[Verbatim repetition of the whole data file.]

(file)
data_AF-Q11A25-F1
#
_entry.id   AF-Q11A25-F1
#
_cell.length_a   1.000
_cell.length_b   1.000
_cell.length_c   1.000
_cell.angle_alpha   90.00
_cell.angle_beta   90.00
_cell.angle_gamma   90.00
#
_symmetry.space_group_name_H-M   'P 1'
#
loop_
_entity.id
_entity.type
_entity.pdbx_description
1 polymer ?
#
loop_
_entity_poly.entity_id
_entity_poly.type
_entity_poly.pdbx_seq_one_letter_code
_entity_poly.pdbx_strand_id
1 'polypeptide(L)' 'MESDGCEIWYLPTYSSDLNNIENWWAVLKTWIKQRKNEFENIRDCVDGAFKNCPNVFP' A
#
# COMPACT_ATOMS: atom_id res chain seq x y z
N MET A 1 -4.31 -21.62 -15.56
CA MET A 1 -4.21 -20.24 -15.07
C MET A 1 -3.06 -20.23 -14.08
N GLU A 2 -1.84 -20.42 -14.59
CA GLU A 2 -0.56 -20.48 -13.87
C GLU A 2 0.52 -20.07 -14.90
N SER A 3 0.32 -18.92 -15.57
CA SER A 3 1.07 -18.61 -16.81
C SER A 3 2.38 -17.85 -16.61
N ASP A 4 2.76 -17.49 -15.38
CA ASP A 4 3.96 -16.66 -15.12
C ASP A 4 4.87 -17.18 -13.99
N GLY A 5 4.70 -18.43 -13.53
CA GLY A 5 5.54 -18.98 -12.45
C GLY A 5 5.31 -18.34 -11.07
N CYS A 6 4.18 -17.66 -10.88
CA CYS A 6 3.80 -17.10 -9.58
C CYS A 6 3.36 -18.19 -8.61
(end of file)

data_AF-Q11A25-F1
#
_entry.id   AF-Q11A25-F1
#
_cell.length_a   1.000
_cell.length_b   1.000
_cell.length_c   1.000
_cell.angle_alpha   90.00
_cell.angle_beta   90.00
_cell.angle_gamma   90.00
#
_symmetry.space_group_name_H-M   'P 1'
#
loop_
_entity.id
_entity.type
_entity.pdbx_description
1 polymer ?
#
loop_
_entity_poly.entity_id
_entity_poly.type
_entity_poly.pdbx_seq_one_letter_code
_entity_poly.pdbx_strand_id
1 'polypeptide(L)' 'MESDGCEIWYLPTYSSDLNNIENWWAVLKTWIKQRKNEFENIRDCVDGAFKNCPNVFP' A
#
# COMPACT_ATOMS: atom_id res chain seq x y z
N MET A 1 -4.31 -21.62 -15.56
CA MET A 1 -4.21 -20.24 -15.07
C MET A 1 -3.06 -20.23 -14.08
N GLU A 2 -1.84 -20.42 -14.59
CA GLU A 2 -0.56 -20.48 -13.87
C GLU A 2 0.52 -20.07 -14.90
N SER A 3 0.32 -18.92 -15.57
CA SER A 3 1.07 -18.61 -16.81
C SER A 3 2.38 -17.85 -16.61
N ASP A 4 2.76 -17.49 -15.38
CA ASP A 4 3.96 -16.66 -15.12
C ASP A 4 4.87 -17.18 -13.99
N GLY A 5 4.70 -18.43 -13.53
CA GLY A 5 5.54 -18.98 -12.45
C GLY A 5 5.31 -18.34 -11.07
N CYS A 6 4.18 -17.66 -10.88
CA CYS A 6 3.80 -17.10 -9.58
C CYS A 6 3.36 -18.19 -8.61